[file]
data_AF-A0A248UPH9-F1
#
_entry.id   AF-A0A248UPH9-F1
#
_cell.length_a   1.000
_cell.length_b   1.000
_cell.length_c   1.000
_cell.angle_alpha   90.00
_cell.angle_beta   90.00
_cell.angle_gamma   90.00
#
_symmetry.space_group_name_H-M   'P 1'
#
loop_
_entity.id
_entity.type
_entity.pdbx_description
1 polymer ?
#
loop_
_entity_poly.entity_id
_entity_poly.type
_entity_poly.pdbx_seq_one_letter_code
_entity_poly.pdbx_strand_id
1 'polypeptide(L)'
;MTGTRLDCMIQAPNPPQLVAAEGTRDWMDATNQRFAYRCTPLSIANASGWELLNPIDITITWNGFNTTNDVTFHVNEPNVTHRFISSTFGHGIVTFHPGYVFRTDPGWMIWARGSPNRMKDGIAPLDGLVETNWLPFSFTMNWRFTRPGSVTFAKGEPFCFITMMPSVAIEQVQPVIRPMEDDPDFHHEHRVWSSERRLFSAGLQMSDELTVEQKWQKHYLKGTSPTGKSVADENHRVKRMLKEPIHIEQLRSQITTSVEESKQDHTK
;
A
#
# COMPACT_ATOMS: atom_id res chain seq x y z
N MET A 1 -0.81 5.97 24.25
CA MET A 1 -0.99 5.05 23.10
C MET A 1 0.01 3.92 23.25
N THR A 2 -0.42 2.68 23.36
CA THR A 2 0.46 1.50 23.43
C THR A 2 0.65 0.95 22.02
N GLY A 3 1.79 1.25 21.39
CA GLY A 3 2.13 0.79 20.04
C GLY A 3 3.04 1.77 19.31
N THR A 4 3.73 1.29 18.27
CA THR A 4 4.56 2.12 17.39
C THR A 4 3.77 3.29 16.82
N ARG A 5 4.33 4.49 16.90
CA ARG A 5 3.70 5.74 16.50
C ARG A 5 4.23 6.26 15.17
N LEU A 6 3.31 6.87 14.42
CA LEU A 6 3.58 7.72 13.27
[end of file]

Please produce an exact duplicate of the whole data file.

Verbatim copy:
data_AF-A0A248UPH9-F1
#
_entry.id   AF-A0A248UPH9-F1
#
_cell.length_a   1.000
_cell.length_b   1.000
_cell.length_c   1.000
_cell.angle_alpha   90.00
_cell.angle_beta   90.00
_cell.angle_gamma   90.00
#
_symmetry.space_group_name_H-M   'P 1'
#
loop_
_entity.id
_entity.type
_entity.pdbx_description
1 polymer ?
#
loop_
_entity_poly.entity_id
_entity_poly.type
_entity_poly.pdbx_seq_one_letter_code
_entity_poly.pdbx_strand_id
1 'polypeptide(L)'
;MTGTRLDCMIQAPNPPQLVAAEGTRDWMDATNQRFAYRCTPLSIANASGWELLNPIDITITWNGFNTTNDVTFHVNEPNVTHRFISSTFGHGIVTFHPGYVFRTDPGWMIWARGSPNRMKDGIAPLDGLVETNWLPFSFTMNWRFTRPGSVTFAKGEPFCFITMMPSVAIEQVQPVIRPMEDDPDFHHEHRVWSSERRLFSAGLQMSDELTVEQKWQKHYLKGTSPTGKSVADENHRVKRMLKEPIHIEQLRSQITTSVEESKQDHTK
;
A
#
# COMPACT_ATOMS: atom_id res chain seq x y z
N MET A 1 -0.81 5.97 24.25
CA MET A 1 -0.99 5.05 23.10
C MET A 1 0.01 3.92 23.25
N THR A 2 -0.42 2.68 23.36
CA THR A 2 0.46 1.50 23.43
C THR A 2 0.65 0.95 22.02
N GLY A 3 1.79 1.25 21.39
CA GLY A 3 2.13 0.79 20.04
C GLY A 3 3.04 1.77 19.31
N THR A 4 3.73 1.29 18.27
CA THR A 4 4.56 2.12 17.39
C THR A 4 3.77 3.29 16.82
N ARG A 5 4.33 4.49 16.90
CA ARG A 5 3.70 5.74 16.50
C ARG A 5 4.23 6.26 15.17
N LEU A 6 3.31 6.87 14.42
CA LEU A 6 3.58 7.72 13.27